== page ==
Mark McFarland, DO
Imagine this scenario: You have had significant, unrelenting back pain for months. You’ve seen several doctors and had x-rays and an MRI. You were diagnosed with a major spine issue, such as spinal stenosis or a herniated disc. You’ve tried various conservative treatments, like physical therapy, oral medications and epidural steroid injections, to no avail.
After much consideration, family discussion and consultations with your spine surgeon, you finally make the decision to have spine surgery to fix the problem causing your pain, once and for all. The surgery goes very well with no complications. You are discharged and go home, full of hope for a speedy recovery. You’re feeling pretty good and all of a sudden, you experience severe, crushing depression that seemingly comes out of left field. What is going on?
As a busy spine surgeon, I frequently treat patients who are depressed. Let’s face it…there is nothing fun or enjoyable about being in pain, no matter who you are. When you are hurting, you just want the pain to go away. You tend to avoid activities you enjoy, including exercise, which may exacerbate your pain. Maybe you have had to take time off work, so you don’t feel like you have a sense of purpose every day. As a result, you become disconnected from your friends, your church, your social group, your family and your community. Because you don’t feel well, you may overindulge in things that temporarily make you feel better, such as medications or “other” substances, alcohol, cigarettes or food. Even some of these factors can contribute to or cause depression, even in the most normally positive person.
Making the decision to have spine surgery is a monumental event for anyone. It will impact your family, your career and your future. Many of us go into surgery with very high expectations of the outcome, the speed of recovery and how great we will feel afterwards. We look forward to dancing, carrying our grandkids, walking on the beach or participating in sports. We envision ourselves doing everything we want to do AFTER surgery and we anticipate doing so quickly, with minimal pain and few challenges to overcome.
Spine surgery is light-years ahead of where it was even five years ago. Technology has advanced, minimally-invasive surgical techniques are used and most surgeries are done on an outpatient basis, allowing the patient to return home the same day to recover. Nursing and Physical Therapists are sent to the house to help patients with their recovery and rehabilitation. Many patients return to work in just a few weeks, their pain greatly decreased, if not eliminated altogether. So, why the depression?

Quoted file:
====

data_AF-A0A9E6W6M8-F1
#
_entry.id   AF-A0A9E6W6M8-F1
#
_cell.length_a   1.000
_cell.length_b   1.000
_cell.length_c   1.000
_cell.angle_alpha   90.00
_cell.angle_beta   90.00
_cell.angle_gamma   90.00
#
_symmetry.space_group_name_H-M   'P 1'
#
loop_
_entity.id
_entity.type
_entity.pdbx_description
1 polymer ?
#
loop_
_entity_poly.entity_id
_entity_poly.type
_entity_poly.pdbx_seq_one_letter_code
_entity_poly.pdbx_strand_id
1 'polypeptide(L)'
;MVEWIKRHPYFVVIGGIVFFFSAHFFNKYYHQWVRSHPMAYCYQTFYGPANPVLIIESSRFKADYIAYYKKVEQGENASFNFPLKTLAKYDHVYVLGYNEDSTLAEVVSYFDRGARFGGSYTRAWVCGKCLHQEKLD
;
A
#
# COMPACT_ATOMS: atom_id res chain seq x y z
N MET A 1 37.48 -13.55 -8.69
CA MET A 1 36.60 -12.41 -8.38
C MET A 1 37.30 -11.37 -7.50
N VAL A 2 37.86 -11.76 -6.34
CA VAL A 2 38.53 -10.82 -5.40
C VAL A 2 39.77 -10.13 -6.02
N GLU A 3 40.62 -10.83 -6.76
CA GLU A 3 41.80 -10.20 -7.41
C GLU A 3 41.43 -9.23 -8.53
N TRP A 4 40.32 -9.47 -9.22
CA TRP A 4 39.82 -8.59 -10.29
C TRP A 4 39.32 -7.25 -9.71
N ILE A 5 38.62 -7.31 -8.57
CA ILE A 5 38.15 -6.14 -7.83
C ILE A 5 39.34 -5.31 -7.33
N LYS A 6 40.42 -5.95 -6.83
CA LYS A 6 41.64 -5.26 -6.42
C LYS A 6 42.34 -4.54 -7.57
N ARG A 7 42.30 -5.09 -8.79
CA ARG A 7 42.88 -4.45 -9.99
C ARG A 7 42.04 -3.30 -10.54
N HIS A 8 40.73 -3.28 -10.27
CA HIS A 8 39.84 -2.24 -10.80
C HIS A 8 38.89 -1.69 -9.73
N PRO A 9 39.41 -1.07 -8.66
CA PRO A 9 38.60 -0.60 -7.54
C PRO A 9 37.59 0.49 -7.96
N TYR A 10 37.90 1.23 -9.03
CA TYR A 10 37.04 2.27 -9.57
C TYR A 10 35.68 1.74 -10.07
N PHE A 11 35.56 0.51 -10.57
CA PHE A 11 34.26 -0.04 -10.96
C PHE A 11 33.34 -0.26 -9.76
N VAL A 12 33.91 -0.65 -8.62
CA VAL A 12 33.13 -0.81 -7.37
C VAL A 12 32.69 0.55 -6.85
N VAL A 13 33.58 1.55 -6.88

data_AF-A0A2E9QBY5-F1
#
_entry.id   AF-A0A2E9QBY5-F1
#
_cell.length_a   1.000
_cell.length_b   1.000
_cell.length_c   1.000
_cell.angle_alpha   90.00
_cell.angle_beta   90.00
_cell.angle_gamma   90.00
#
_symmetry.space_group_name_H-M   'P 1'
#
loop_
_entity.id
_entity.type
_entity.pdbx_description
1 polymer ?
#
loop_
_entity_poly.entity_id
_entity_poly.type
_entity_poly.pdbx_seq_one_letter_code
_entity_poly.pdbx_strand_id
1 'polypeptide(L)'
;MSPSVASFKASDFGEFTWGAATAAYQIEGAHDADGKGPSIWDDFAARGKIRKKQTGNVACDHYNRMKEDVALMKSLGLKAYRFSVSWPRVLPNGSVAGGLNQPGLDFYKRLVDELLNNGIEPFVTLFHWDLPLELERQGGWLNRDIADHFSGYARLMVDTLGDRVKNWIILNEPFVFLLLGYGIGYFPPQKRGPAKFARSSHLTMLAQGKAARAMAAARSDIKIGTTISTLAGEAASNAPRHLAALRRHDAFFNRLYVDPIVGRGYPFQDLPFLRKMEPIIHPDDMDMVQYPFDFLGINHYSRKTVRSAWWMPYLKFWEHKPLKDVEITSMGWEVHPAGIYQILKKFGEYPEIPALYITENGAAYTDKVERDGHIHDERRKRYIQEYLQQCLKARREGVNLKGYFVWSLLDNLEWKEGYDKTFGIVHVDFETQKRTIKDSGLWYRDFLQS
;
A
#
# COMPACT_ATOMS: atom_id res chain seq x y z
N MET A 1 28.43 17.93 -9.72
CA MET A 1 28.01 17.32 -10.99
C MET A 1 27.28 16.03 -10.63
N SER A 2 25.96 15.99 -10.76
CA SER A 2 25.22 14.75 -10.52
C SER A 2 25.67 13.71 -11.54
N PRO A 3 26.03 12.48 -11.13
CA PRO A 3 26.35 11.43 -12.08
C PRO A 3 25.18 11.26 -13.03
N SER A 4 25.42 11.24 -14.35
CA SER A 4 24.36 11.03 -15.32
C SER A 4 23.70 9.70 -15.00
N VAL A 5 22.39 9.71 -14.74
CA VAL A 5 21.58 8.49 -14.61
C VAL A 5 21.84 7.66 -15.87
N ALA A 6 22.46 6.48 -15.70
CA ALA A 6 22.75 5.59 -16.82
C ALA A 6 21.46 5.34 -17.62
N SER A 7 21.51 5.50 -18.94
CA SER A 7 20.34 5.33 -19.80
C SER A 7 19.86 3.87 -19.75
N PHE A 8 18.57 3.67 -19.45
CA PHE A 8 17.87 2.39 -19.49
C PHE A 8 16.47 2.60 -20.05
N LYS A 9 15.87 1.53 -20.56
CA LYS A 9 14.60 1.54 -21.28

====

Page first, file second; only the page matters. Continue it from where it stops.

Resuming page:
No matter how advanced, ALL surgery is taxing to the body, emotionally and physically. Spine surgery is no exception and there are many reasons you can feel down after surgery. All of the following are known to cause or contribute to post-surgical depression:
- Anesthesia drugs used at the hospital
- Post-surgical narcotic pain medications
- Post-surgical muscle relaxant medications
- Pain from your incision and the surgery itself
- Lack of normal movement and activity while recovering
Patients may experience depression before spine surgery, after surgery or both. Many people are surprised at the toll surgery takes on their body and do not realize the length of time it takes to feel “normal” after undergoing a major procedure. As your physician, I want to know if you have issues with depression, no matter when it occurs during your treatment or if you have had it previously, before seeing me.
Working together, we can figure out the best way to treat your depression. You may need a referral to talk to a counselor about your feelings and pain. OSC has a skilled and caring Medical Psychologist, Dr. Cal Robinson, who specializes in working with people who have chronic pain and depression. Even just three or four visits can give you the tools you need to cope more effectively with your pain until you recover.
You may need an anti-depressant medication temporarily, while you are on the mend. Some medications, such as Cymbalta, help with depression AND pain. Returning to work, even part-time or modified duty can help get you out of the house and back into the world, giving you a sense of duty and purpose. I may send you to Physical Therapy or release you to light exercise, because we know that physical exertion is a wonderful natural anti-depressant.
Finally, talk to me or my PA, Erin, about it. There is no reason to be embarrassed or concerned about what anyone will think. Depression after spine surgery is a common and treatable condition. I will help you find the treatment that will work for you so that you can get back to living the life you want.